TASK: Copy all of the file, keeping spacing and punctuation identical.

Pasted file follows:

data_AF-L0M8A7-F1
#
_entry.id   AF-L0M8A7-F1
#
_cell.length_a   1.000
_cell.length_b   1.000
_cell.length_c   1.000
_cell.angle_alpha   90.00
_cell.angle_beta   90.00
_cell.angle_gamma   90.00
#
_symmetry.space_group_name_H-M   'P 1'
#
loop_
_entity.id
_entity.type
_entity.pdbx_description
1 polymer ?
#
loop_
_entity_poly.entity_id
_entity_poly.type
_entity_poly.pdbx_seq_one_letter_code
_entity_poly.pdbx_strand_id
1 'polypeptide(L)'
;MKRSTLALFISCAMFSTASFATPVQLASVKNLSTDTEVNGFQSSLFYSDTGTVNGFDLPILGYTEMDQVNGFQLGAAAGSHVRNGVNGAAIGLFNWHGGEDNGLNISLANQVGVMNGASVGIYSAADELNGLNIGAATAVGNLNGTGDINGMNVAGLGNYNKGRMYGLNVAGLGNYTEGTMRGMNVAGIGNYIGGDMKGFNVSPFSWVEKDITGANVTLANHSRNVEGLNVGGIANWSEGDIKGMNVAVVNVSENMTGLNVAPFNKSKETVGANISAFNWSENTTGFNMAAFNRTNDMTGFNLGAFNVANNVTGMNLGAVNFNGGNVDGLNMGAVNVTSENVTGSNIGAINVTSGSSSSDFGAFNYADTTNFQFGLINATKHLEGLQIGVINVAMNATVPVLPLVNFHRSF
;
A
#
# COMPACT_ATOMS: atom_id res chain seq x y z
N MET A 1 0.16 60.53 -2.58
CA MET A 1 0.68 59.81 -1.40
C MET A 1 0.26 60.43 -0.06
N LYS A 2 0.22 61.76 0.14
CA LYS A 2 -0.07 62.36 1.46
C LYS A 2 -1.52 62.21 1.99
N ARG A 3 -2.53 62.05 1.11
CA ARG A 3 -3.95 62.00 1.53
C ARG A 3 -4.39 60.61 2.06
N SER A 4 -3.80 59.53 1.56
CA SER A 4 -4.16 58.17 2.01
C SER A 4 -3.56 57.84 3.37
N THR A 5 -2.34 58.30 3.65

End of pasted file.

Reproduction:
data_AF-L0M8A7-F1
#
_entry.id   AF-L0M8A7-F1
#
_cell.length_a   1.000
_cell.length_b   1.000
_cell.length_c   1.000
_cell.angle_alpha   90.00
_cell.angle_beta   90.00
_cell.angle_gamma   90.00
#
_symmetry.space_group_name_H-M   'P 1'
#
loop_
_entity.id
_entity.type
_entity.pdbx_description
1 polymer ?
#
loop_
_entity_poly.entity_id
_entity_poly.type
_entity_poly.pdbx_seq_one_letter_code
_entity_poly.pdbx_strand_id
1 'polypeptide(L)'
;MKRSTLALFISCAMFSTASFATPVQLASVKNLSTDTEVNGFQSSLFYSDTGTVNGFDLPILGYTEMDQVNGFQLGAAAGSHVRNGVNGAAIGLFNWHGGEDNGLNISLANQVGVMNGASVGIYSAADELNGLNIGAATAVGNLNGTGDINGMNVAGLGNYNKGRMYGLNVAGLGNYTEGTMRGMNVAGIGNYIGGDMKGFNVSPFSWVEKDITGANVTLANHSRNVEGLNVGGIANWSEGDIKGMNVAVVNVSENMTGLNVAPFNKSKETVGANISAFNWSENTTGFNMAAFNRTNDMTGFNLGAFNVANNVTGMNLGAVNFNGGNVDGLNMGAVNVTSENVTGSNIGAINVTSGSSSSDFGAFNYADTTNFQFGLINATKHLEGLQIGVINVAMNATVPVLPLVNFHRSF
;
A
#
# COMPACT_ATOMS: atom_id res chain seq x y z
N MET A 1 0.16 60.53 -2.58
CA MET A 1 0.68 59.81 -1.40
C MET A 1 0.26 60.43 -0.06
N LYS A 2 0.22 61.76 0.14
CA LYS A 2 -0.07 62.36 1.46
C LYS A 2 -1.52 62.21 1.99
N ARG A 3 -2.53 62.05 1.11
CA ARG A 3 -3.95 62.00 1.53
C ARG A 3 -4.39 60.61 2.06
N SER A 4 -3.80 59.53 1.56
CA SER A 4 -4.16 58.17 2.01
C SER A 4 -3.56 57.84 3.37
N THR A 5 -2.34 58.30 3.65